Preliminary exams are around the corner for this year’s O- and A-Level students. Much of your teen’s time may be spent on math practice, but is it time well spent?
For useful and practical study suggestions, we spoke to someone who is passionate about both learning and teaching math—Gary Ang, an experienced educator who runs his own enrichment centre, Number Skill.
Read on for Gary’s five tips that could boost your teen’s confidence and performance in the upcoming math exam!
“Not just more practice.” It is true that one needs practice to be good at math. That said, it will not help to keep practising the same question 10 times. Quality matters more than quantity. Check with your teen if he or she is practising problems from assorted sources, such as other schools’ exam papers or worksheets, as well as assessment books. It is important to be exposed to different types of questions.
If time permits, look for problems from textbooks, assessment books, or sample papers from many years ago. Yes, the syllabus might have changed over the years, but the bulk of the examinable content is largely the same. Questions from older sources tend to be more challenging, and students will benefit from the exposure to a wider variety of questions.
“Forget the 10-year series (TYS).” Completing the TYS is not enough to ensure that one scores an A for the prelim exams. This is because school prelim exams are generally a lot tougher than the actual O- and A-Level exams. Your teen may have completed the TYS by now, but don’t bank on that to score an A.
“Time management is crucial.” Ensure that your child knows this: don’t spend 15 minutes on a two-mark question. If a paper has a total of 100 marks and the allowable time is 2 hours, each mark is only “worth” 1.2 minutes. Using this as a guide, students should only spend about one minute to earn each mark. So a four-mark question should be completed in four minutes. This practical method of time allocation will ensure that there is enough time for checking answers after completing the paper.
This is something that students should note during home practice as well. Use a stopwatch when attempting questions at home—check the amount of time needed to complete the question and try to improve on the timings if necessary.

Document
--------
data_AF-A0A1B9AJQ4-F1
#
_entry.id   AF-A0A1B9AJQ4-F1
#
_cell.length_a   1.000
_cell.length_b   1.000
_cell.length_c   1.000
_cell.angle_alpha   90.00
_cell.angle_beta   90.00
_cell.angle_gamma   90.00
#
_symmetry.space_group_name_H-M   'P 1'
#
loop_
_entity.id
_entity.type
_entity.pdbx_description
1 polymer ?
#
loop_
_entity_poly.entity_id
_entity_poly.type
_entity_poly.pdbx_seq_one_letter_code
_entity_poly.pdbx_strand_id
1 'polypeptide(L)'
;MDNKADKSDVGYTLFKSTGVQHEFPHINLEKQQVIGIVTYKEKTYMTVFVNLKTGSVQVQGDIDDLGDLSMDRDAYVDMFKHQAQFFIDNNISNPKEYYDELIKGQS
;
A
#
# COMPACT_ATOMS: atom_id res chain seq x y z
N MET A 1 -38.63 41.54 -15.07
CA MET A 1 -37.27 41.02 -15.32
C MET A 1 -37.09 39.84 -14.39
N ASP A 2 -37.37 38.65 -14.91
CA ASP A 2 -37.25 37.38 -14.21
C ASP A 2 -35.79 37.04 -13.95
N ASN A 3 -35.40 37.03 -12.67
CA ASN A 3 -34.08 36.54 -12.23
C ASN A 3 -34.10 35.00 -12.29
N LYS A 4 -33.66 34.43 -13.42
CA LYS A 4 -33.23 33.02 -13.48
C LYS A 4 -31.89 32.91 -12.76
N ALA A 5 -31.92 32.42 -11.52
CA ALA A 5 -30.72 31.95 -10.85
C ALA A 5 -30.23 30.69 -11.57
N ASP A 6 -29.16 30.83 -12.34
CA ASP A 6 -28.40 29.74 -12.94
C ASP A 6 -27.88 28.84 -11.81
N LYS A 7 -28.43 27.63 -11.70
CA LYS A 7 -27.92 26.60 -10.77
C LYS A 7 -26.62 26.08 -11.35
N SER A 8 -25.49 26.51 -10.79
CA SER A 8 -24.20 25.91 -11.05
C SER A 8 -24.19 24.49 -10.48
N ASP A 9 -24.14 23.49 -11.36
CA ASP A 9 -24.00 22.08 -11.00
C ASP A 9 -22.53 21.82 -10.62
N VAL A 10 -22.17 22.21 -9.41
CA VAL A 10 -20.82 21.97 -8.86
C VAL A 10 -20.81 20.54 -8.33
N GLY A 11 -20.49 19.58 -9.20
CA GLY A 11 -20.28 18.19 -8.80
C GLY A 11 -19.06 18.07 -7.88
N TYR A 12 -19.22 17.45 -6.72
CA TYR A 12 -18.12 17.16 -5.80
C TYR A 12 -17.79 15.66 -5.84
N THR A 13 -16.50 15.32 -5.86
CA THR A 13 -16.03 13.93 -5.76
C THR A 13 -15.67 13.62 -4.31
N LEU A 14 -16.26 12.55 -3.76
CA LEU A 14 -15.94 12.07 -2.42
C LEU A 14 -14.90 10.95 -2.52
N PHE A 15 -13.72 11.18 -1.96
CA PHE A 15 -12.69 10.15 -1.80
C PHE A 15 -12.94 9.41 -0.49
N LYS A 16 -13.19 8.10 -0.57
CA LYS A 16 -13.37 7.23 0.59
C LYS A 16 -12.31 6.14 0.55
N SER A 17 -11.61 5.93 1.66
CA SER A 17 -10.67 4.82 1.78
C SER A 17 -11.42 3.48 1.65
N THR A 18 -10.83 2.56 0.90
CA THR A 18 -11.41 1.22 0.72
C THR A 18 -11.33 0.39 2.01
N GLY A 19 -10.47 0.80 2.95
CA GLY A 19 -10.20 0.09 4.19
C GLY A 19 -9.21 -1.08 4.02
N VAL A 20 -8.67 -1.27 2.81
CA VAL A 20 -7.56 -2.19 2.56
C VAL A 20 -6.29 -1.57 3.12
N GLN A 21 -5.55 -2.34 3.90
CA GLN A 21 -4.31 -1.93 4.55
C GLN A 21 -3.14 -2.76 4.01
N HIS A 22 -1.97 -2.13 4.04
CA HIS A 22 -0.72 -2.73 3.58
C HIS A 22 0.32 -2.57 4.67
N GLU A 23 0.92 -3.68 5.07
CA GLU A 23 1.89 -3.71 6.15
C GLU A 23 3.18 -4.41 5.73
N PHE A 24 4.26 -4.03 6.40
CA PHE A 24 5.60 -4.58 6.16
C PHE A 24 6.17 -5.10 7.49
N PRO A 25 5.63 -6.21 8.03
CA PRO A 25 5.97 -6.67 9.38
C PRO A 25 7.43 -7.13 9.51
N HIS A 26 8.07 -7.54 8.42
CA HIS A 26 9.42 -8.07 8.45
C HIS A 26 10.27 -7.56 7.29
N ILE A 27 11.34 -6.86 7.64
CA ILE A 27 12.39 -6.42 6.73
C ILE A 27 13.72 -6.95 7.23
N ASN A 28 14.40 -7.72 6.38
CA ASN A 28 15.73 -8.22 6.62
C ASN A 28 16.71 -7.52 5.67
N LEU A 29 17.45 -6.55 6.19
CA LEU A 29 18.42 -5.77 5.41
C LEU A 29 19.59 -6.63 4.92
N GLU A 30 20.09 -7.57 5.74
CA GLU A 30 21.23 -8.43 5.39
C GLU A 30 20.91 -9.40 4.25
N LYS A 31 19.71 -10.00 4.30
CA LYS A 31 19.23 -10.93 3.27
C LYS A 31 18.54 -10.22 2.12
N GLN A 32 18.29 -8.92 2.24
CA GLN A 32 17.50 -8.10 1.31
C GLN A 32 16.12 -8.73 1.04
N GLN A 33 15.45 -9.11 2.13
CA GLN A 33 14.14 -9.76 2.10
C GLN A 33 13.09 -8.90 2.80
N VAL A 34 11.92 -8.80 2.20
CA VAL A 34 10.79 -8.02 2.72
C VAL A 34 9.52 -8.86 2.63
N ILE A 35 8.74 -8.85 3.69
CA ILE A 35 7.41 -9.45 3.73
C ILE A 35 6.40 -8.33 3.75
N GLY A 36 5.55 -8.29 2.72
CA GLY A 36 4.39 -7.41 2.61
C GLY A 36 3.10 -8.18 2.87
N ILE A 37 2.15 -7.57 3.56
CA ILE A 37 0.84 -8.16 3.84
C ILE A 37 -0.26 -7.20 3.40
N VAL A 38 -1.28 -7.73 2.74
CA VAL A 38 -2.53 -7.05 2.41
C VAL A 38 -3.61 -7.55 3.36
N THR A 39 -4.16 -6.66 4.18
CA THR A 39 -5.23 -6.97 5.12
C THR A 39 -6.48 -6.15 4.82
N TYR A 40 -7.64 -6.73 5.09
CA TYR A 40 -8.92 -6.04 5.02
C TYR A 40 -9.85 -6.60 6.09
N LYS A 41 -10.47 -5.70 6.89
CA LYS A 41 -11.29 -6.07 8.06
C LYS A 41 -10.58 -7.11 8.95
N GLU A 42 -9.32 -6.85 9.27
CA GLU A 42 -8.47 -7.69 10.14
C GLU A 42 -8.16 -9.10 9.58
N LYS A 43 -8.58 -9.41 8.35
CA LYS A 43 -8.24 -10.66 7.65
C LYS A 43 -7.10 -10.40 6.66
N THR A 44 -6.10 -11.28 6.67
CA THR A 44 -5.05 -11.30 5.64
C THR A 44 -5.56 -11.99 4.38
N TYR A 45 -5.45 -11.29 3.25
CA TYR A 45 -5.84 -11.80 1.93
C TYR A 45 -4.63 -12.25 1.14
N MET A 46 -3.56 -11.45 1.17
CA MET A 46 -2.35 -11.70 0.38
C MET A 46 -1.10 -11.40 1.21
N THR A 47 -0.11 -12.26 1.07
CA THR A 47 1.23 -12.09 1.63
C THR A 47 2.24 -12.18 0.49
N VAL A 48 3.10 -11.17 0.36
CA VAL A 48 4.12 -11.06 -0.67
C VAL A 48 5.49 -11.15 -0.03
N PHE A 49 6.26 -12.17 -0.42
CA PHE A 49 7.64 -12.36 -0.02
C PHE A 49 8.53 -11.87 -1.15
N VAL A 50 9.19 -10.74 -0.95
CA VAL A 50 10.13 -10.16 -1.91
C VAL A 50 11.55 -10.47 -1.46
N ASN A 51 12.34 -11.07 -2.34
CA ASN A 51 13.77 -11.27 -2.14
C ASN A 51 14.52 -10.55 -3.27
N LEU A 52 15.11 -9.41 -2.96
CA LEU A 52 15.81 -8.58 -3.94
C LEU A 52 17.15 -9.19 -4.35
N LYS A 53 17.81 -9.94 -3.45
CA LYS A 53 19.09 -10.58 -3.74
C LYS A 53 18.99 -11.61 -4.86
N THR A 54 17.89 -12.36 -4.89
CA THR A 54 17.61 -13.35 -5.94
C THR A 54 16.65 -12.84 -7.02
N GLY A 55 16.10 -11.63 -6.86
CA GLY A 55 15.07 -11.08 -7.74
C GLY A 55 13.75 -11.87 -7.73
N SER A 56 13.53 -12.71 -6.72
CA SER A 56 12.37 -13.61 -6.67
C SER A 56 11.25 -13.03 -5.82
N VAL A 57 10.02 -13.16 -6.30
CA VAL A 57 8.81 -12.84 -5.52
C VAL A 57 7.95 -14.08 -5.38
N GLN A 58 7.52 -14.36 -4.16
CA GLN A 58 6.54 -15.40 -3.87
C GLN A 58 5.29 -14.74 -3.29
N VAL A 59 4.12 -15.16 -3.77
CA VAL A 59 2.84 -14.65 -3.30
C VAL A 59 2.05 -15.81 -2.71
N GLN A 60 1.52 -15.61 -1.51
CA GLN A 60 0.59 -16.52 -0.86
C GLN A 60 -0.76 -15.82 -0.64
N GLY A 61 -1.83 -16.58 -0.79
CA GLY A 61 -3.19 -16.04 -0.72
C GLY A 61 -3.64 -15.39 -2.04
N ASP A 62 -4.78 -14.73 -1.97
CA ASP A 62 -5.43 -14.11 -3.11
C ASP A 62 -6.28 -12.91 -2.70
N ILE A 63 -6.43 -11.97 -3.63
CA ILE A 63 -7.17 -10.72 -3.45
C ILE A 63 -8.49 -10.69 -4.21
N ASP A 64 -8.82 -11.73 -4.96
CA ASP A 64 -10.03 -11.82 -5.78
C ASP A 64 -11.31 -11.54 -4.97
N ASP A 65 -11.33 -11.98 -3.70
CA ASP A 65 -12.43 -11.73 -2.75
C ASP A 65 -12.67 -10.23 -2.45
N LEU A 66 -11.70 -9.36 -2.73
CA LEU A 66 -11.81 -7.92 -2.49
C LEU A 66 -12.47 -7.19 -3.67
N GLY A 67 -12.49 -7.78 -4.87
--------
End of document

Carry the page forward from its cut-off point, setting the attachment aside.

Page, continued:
With the additional time, students will not only be able to check their paper, but they can also attend to questions that they may not have been able to solve earlier. Not all solutions will spring to mind immediately, and having 20 minutes to spare will help greatly.
“Do not leave blanks.” In the actual exam, it pays to write something that makes sense even if one does not know how to solve the question. The answer may be awarded one or two method marks, which is better than zero marks for a blank answer.
Similarly, when answering multiple-part questions, students should use the answer from the first part to solve the second part, even if they are not certain that their answer is correct. You may still be awarded method marks, if your method is correct.
“Whatever the result, do not be disheartened.” The prelim exams are normally much harder than the actual O- or A-Level exams. There have been students who failed the prelim exams but went on to score distinctions in the actual O- or A-Level exams!
Take this opportunity to review what went wrong with your teen. Look through the scripts to see if these three common issues played a part: not knowing how to solve the problem, carelessness, or running out of time. If there are many questions that your teen is not able to solve, then help from a teacher or tutor will be necessary. For carelessness, your teen needs to take steps to work on his or her precision. If the primary problem is insufficient time, your teen should focus on improving his or her speed and pacing.